• @KeizerHarm I would provide an answer for the bounty, but it would basically be the second option here - I'm not sure you can get clearer or better than that. The one thing I would add/suggest is that you put a large X for the time signature at the start of the measure, instead of leaving it blank, to clarify that the time for the measure is unmetered. This is assuming that there isn't a measure before the one pictured that has an X. Oct 21, 2020 at 13:51
• @ToddWilcox Thank you, and you did help me understand that there's a second question here; notating an unmeasured tremolo that's slower than 32nd notes. But yeah, I wish I could spread this bounty out; multiple people have been contributing to my understanding. Oct 21, 2020 at 13:55

# Solution A

• A fermata may be placed over the tremolo bar and can stand alone or in conjunction with other solutions. In addition to the fermata used here, there are notations for "long" and "very long" fermatas, which could be substituted. Pictures and descriptions of the various fermata types can be found here.

• "Sempre tremolo" could be used as shown or at the beginning of the bar, in addition or instead of the fermata.

• Following ToddWilcox's comment, and also this website, three bars are used to indicate an unmeasured tremolo.

Unmeasured tremolo is notated by marking the duration as thirty-second notes

• If the passage is intended as a cadenza, then it should be notated with "small" notes.

# Solution B

• Based on the comments, since a fixed-length tremolo is intended, the dotted line replaces the fermata of solution A. This was done in MuseScore by placing an ottava and replacing the "8va" text with "slow trem."

• MuseScore also allows the use of the "maxima" note-head.

Examples of the "tremolo-bar fermata" are found in Liszt's Hungarian Rhapsody No. 14 in F Minor, measures 6 and 10, shown below.1

measure 6

measure 10

1Images from the Dover edition. Franz Liszt, Complete Hungarian Rhapsodies for Solo Piano (1984 Dover), "in association with the American Liszt Society", pages 150 and 151.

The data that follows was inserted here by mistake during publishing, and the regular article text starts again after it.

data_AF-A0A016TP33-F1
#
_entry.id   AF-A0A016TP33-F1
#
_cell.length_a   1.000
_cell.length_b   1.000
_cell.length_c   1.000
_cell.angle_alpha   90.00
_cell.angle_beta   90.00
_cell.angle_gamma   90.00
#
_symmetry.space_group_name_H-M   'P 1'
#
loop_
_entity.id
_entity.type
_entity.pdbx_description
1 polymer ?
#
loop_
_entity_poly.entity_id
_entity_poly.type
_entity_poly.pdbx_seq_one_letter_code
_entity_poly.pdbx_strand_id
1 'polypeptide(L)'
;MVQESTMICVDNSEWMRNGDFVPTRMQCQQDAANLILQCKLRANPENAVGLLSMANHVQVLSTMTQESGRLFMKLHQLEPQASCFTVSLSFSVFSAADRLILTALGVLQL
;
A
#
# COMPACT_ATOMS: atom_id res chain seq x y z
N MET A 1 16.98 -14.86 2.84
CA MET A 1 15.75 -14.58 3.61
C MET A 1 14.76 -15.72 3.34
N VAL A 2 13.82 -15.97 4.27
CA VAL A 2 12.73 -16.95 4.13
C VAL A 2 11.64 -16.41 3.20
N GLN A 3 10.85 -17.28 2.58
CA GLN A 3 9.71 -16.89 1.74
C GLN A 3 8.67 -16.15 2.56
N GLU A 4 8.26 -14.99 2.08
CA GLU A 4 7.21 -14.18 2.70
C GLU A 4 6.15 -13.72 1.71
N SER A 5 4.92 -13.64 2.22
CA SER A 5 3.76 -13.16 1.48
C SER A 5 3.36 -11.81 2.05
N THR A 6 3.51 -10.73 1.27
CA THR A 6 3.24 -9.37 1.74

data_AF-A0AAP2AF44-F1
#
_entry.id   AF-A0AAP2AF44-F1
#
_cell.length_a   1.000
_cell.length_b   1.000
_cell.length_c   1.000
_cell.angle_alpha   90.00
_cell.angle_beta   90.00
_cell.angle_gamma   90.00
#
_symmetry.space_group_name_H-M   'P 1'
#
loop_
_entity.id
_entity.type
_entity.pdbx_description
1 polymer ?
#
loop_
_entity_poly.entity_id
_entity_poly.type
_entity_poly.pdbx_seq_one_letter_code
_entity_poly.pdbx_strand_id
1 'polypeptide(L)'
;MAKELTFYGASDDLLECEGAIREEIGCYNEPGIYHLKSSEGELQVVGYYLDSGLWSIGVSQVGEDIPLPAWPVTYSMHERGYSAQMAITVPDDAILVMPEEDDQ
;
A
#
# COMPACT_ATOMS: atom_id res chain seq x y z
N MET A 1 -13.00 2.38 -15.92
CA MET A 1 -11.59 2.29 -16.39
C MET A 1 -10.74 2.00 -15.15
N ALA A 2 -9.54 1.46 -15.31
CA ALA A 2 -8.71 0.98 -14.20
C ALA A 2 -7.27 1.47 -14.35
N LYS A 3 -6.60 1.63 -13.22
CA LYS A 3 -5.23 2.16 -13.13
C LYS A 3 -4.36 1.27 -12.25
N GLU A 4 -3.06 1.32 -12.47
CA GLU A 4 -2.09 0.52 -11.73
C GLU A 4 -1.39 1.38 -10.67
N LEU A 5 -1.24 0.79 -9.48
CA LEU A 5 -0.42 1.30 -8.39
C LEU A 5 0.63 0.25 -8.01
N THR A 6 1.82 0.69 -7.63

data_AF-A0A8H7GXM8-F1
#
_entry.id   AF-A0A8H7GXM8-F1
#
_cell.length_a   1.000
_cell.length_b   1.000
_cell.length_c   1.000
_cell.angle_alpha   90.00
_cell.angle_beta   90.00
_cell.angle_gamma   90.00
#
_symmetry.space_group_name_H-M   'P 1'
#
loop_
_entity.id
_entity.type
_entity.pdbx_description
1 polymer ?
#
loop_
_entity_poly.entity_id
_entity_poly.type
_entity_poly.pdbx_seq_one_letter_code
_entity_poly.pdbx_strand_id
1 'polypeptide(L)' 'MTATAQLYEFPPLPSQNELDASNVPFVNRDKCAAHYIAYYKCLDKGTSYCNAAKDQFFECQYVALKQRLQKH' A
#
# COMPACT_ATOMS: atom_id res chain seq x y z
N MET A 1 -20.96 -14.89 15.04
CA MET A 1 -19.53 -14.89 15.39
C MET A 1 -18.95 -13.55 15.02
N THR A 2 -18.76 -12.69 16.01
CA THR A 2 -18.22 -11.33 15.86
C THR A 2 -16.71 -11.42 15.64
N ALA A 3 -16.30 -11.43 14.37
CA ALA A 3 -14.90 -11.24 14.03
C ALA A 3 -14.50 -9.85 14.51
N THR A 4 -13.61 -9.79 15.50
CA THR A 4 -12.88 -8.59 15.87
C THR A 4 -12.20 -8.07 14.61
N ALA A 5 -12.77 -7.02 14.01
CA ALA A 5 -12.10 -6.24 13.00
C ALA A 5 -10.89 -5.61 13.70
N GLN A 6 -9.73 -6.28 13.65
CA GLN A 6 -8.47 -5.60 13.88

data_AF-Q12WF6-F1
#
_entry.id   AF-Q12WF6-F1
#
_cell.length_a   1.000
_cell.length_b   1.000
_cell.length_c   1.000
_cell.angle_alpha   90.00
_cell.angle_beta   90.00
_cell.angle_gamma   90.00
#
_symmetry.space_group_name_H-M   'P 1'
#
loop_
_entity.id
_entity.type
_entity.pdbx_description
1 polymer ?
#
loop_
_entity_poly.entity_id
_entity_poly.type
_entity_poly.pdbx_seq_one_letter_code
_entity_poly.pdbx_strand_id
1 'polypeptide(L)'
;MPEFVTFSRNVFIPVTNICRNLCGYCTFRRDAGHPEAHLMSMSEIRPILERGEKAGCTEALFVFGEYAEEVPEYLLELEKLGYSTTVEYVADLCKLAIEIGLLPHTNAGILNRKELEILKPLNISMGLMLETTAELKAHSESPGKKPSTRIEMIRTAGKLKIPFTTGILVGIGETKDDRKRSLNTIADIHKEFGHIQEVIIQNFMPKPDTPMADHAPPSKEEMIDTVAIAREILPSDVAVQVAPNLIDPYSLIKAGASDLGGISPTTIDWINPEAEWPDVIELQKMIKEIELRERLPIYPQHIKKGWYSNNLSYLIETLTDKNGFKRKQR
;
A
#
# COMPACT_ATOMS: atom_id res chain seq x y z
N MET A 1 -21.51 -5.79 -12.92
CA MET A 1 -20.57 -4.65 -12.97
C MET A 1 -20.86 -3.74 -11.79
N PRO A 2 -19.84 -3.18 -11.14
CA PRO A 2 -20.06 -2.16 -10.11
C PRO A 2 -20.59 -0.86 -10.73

• My personal opinion is that the fermata idea does not clearly communicate the intent, and that the example engraving is not of high quality (even if the music itself is), and therefore might not be the best to emulate. Oct 21, 2020 at 8:51
• @ToddWilcox I've attempted to address your comments. Please let me know whether or not you find it sufficient (or, even better, convincing). Oct 21, 2020 at 12:48
• My understanding about the amount of bars in the tremolo may be lacking. I always understood that three bars meant "as fast as possible", which is in conflict with my intent of the tremolo; that the length should be unmeasured but definitely not at 32nd note speed. Oct 21, 2020 at 13:12
• Regardless, the question was mainly about how to express the total length of the tremolo (that being hard to indicate because of how long the bar is), rather than the amount of attacks per beat. In that fashion, placing the thing somewhat compressed towards the start of the measure does seem like a suitable solution now that I think of it, especially with the longa and the fermata. Oct 21, 2020 at 13:14
• Then again, if a performer is able to make a 32nd note tremolo at ppp volume then I suppose they should be allowed to; but I don't want to require it. My intent is soft background harmony, something that the melody in the RH easily outsounds. Oct 21, 2020 at 13:20

Normally these sorts of passages are written using smaller notes which usually add up to more than a normal bar. I think your passage would be perfectly clear if you were able to write the solo in smaller notes (like the arpeggios in Aarons answer) whilst having a full bar tremolo in the left hand written full size.

The physical length of the bar still makes it slightly harder to see that the tremolo is over the full bar but the note lengths imply it; so most people would get it because they would have seen similar things before. I am, of course, assuming that your software could handle writing that notation.

• So what you suggest is like my first example image, but with the solo in smaller notes? I was worried that excessive horizontal stretching would make the tremolo hard to recognise as a tremolo. Oct 15, 2020 at 12:52
• You could always add the word "Trem" against the left hand to make it clearer.
– JimM
Oct 15, 2020 at 13:43
• @KeizerHarm A single bar tremolo as in the first example in the question would normally suggest a measured 8th note tremolo, but the word "trem" or "tremolo" added would indicate an unmeasured tremolo, which should be paired with a three bar tremolo notation (four bars for percussion) to be clear. A single bar and the word "trem" risks confusing the player, in my opinion. Oct 21, 2020 at 8:54